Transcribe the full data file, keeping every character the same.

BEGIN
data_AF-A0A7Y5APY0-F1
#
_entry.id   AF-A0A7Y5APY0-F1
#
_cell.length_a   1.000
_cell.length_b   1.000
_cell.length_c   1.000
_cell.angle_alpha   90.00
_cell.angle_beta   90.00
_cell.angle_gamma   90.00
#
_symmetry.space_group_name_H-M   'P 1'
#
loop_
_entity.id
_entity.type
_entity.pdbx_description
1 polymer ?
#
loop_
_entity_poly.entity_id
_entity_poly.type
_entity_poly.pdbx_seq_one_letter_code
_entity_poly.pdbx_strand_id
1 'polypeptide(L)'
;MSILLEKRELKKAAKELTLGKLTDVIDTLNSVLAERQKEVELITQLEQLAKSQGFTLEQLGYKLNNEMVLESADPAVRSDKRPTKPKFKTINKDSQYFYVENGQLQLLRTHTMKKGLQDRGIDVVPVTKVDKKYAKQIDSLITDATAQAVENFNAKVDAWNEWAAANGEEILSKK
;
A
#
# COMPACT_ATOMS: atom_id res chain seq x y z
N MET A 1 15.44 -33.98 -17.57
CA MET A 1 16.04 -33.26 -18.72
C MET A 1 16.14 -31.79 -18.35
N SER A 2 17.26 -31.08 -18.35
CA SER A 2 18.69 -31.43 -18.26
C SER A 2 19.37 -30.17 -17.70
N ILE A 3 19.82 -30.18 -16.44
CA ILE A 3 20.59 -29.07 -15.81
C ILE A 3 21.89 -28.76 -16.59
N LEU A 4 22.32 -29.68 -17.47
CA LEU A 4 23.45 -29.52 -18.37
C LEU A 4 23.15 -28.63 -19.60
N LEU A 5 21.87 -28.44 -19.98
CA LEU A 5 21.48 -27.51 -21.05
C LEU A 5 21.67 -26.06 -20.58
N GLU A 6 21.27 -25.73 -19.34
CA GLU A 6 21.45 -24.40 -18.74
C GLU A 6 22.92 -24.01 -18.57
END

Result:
data_AF-A0A7Y5APY0-F1
#
_entry.id   AF-A0A7Y5APY0-F1
#
_cell.length_a   1.000
_cell.length_b   1.000
_cell.length_c   1.000
_cell.angle_alpha   90.00
_cell.angle_beta   90.00
_cell.angle_gamma   90.00
#
_symmetry.space_group_name_H-M   'P 1'
#
loop_
_entity.id
_entity.type
_entity.pdbx_description
1 polymer ?
#
loop_
_entity_poly.entity_id
_entity_poly.type
_entity_poly.pdbx_seq_one_letter_code
_entity_poly.pdbx_strand_id
1 'polypeptide(L)'
;MSILLEKRELKKAAKELTLGKLTDVIDTLNSVLAERQKEVELITQLEQLAKSQGFTLEQLGYKLNNEMVLESADPAVRSDKRPTKPKFKTINKDSQYFYVENGQLQLLRTHTMKKGLQDRGIDVVPVTKVDKKYAKQIDSLITDATAQAVENFNAKVDAWNEWAAANGEEILSKK
;
A
#
# COMPACT_ATOMS: atom_id res chain seq x y z
N MET A 1 15.44 -33.98 -17.57
CA MET A 1 16.04 -33.26 -18.72
C MET A 1 16.14 -31.79 -18.35
N SER A 2 17.26 -31.08 -18.35
CA SER A 2 18.69 -31.43 -18.26
C SER A 2 19.37 -30.17 -17.70
N ILE A 3 19.82 -30.18 -16.44
CA ILE A 3 20.59 -29.07 -15.81
C ILE A 3 21.89 -28.76 -16.59
N LEU A 4 22.32 -29.68 -17.47
CA LEU A 4 23.45 -29.52 -18.37
C LEU A 4 23.15 -28.63 -19.60
N LEU A 5 21.87 -28.44 -19.98
CA LEU A 5 21.48 -27.51 -21.05
C LEU A 5 21.67 -26.06 -20.58
N GLU A 6 21.27 -25.73 -19.34
CA GLU A 6 21.45 -24.40 -18.74
C GLU A 6 22.92 -24.01 -18.57